- Lonely Planet named Sri Lanka the number one country in the world to visit in 2019.
- Vast tea terraces, an abundance of wildlife, and stunning beaches (and much more) make Sri Lanka a truly unforgettable destination.
- I had the pleasure of visiting Sri Lanka in 2018 and I can’t recommend it enough.
- Here’s why you simply can’t miss it.
The South Asian country was chosen because of a diversity of experiences, incredible food, and burgeoning tourism industry.
I had the pleasure of visiting this extraordinary country for two and a half weeks last year, and I honestly can’t recommend it enough.
During my stay, I was lucky enough to take part in multiple safari tours, travel through the country’s central highlands via one of the most beautiful train journeys in the world, and much, much more.
Scroll down for 15 stunning images and reasons why you can’t afford to leave Sri Lanka off your bucket list for much longer.
It has the highest density of elephants in Asia.
Sri Lanka has around 5,800 wild elephants wandering around its national parks. One of the best places to witness these gentle giants is Udawalawe National Park, which is home to about 600 elephants that roam in herds of up to 50.
You may even see elephants on the roads, where they often interrupt traffic – it’s usually best to let them pass.
Be warned: There are a number of so-called elephant orphanages and sanctuaries that are very popular with tourists. However, some have been highlighted by PETA for animal abuse as the elephants are often chained up and controlled by a mahout wielding a bullhook.
Basically, anywhere that allows you to ride the elephants should be a no-go.
Views don’t get much better than sunrise over Adam’s Peak.
I defy you to find a better view than this – it’s not possible.
Adam’s Peak (Sri Pada) climbs 2,243 metres (7,359 feet) into the air and is known for its depression at the peak, which Buddhists believe to be the footprint of the Buddha.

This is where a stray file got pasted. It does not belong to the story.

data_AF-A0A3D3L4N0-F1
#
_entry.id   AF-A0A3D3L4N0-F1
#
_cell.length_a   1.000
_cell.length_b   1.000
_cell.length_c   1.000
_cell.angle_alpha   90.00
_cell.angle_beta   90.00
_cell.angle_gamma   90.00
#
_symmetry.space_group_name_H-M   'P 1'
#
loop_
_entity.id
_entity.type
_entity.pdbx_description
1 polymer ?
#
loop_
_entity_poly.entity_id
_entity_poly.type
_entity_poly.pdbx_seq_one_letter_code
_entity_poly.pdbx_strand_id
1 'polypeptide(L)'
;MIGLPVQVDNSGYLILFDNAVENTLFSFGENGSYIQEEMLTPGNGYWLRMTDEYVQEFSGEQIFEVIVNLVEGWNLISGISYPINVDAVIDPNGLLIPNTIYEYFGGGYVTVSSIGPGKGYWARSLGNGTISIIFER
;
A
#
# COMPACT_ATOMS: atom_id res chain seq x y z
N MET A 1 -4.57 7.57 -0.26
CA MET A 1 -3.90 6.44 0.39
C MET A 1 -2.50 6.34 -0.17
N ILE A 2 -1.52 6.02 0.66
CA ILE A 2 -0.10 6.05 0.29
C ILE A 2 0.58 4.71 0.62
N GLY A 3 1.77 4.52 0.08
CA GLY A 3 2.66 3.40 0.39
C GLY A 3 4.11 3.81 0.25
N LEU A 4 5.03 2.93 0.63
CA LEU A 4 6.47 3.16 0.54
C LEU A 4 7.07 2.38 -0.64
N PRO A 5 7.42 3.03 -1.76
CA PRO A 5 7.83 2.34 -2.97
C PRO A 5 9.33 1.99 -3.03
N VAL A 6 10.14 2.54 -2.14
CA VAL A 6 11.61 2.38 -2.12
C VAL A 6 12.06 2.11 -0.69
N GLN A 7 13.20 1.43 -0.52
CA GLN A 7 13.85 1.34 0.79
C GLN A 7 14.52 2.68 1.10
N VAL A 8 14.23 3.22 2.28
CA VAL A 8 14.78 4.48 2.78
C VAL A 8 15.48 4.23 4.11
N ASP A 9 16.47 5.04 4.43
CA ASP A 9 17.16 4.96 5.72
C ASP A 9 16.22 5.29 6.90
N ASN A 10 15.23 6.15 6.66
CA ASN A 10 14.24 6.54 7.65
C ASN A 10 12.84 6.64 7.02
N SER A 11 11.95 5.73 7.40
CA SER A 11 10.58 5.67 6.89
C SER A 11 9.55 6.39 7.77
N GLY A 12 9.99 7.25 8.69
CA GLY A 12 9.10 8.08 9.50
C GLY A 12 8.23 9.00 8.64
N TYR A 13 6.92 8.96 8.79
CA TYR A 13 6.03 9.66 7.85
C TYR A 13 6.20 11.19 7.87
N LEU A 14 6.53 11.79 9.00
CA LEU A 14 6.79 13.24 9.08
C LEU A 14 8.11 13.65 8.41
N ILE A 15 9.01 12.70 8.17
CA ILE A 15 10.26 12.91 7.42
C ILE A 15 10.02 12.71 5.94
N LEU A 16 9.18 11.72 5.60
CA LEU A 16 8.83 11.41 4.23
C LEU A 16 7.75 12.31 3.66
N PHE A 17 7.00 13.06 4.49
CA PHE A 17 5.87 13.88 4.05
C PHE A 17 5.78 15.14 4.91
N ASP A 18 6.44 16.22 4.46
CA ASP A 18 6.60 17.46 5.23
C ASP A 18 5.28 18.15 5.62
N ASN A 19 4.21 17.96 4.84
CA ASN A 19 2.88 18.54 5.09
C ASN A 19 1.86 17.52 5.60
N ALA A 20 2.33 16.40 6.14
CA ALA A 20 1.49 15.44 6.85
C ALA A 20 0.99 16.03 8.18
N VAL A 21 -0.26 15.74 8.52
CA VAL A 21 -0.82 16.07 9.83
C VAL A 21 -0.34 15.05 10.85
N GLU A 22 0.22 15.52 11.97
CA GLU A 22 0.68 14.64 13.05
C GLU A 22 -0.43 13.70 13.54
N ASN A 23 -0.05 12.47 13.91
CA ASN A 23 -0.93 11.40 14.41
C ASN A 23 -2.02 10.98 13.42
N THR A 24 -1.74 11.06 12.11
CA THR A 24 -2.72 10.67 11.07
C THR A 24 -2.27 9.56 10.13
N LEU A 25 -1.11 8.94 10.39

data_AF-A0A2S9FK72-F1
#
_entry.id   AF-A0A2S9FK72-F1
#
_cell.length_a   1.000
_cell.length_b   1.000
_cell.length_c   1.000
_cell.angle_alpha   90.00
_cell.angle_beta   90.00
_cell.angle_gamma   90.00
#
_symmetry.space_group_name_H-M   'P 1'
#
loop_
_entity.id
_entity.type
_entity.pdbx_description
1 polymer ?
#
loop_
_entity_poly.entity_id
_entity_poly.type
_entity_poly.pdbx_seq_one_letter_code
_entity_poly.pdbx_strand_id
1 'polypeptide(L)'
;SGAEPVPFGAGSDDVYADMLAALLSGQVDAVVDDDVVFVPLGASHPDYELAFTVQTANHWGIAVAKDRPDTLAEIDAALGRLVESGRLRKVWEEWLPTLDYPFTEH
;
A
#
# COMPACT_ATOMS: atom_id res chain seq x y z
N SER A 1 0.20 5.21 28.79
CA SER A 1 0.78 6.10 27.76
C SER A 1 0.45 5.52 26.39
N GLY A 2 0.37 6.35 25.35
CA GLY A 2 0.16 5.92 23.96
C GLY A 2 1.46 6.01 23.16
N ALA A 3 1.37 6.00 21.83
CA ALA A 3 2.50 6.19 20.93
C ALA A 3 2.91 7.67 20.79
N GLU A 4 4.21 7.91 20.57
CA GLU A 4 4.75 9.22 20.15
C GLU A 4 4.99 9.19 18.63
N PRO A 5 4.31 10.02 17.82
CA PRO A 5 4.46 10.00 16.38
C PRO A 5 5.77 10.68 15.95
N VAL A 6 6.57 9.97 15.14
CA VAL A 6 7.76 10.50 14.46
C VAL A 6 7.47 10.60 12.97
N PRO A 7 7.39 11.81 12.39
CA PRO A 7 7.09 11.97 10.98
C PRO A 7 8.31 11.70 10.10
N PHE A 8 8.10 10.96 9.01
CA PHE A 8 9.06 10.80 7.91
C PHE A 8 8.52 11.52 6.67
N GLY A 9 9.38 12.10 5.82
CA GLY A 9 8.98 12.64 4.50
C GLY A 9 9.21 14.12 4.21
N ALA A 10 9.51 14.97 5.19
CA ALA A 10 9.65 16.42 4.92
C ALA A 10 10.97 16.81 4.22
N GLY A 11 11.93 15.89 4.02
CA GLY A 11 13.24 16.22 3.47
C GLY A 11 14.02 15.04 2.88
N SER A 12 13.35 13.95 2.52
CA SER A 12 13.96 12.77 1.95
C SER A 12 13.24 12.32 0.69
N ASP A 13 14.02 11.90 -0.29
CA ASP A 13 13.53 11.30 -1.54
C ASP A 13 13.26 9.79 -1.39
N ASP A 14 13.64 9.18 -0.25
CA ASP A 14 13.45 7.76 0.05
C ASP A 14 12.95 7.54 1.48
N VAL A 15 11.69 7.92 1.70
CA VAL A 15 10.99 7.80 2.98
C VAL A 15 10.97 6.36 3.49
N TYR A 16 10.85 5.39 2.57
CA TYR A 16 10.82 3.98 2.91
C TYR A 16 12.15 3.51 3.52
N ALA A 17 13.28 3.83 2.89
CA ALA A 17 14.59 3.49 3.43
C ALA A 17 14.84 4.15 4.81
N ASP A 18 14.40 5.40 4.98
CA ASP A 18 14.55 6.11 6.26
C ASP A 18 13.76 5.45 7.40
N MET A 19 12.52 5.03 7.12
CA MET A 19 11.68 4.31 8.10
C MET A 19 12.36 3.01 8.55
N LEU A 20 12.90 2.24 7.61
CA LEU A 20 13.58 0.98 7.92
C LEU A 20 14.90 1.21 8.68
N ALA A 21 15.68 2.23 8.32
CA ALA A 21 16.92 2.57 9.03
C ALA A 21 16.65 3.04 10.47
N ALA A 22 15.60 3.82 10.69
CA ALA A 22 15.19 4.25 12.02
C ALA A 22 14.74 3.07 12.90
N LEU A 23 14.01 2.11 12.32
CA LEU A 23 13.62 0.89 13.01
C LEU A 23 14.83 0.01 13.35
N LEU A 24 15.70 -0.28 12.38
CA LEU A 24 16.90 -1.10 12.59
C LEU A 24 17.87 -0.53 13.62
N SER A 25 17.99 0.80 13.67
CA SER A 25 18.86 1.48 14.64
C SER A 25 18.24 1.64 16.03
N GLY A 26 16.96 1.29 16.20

The climb itself should take you around 2-4 hours depending on your level of fitness and is best done first thing for an incredible sunrise view.
This shot was taken from the monastery, which is located right on the top of the peak.
Historic Galle Fort is great for shopping and dining.
While the city of Galle now stretches far beyond the ramparts, the fort itself (built up by the Dutch in the 17th century) has been painstakingly maintained and is now a UNESCO World Heritage Site.
There are plenty of historical monuments to visit, but its also a great place to peruse shops at leisure and stop off at cafés and restaurants for refreshments.
It has a really cool rock.
Sigiriya Rock Fortress is one of Sri Lanka’s most formidable attractions. The delights of the 660-foot summit require a vertigo-inducing stair climb to the top.
You’ll also have to walk through a colossal stone gate, carved in the likeness of lion’s paws – no wonder King Kasyapa (477 – 495 AD) didn’t get many visitors…
The train journeys are among the most scenic in the world.
Sri Lanka is famous for its train journeys, which can take you pretty much anywhere in the country for the price of a coffee in the US or Europe.
Perhaps the best in terms of scenery, though, is the trip between Kandy and Ella through Sri Lanka’s central highlands.
During the journey, you’ll climb over 4,000 feet, and gaze over verdant tea terraces, vast valleys, tunnels, bridges and villages.
You may recognise the scene above – a train crossing over Nine Arches Bridge near Ella – from innumerable sepia-toned travel blogs.
There are literally hundreds of amazing hotels.
Luxury hotels are opening in Sri Lanka at a rate of knots. From the chic boutiques in Galle Fort, to the sprawling resorts on the west coast – there’s a hotel for everyone on the island.
There’s also plenty of eco-luxury offerings like Gal Oya Lodge (pictured), which forgo the modern trappings of things like WiFi and flat-screen TVs to offer a truly elemental but relaxing experience.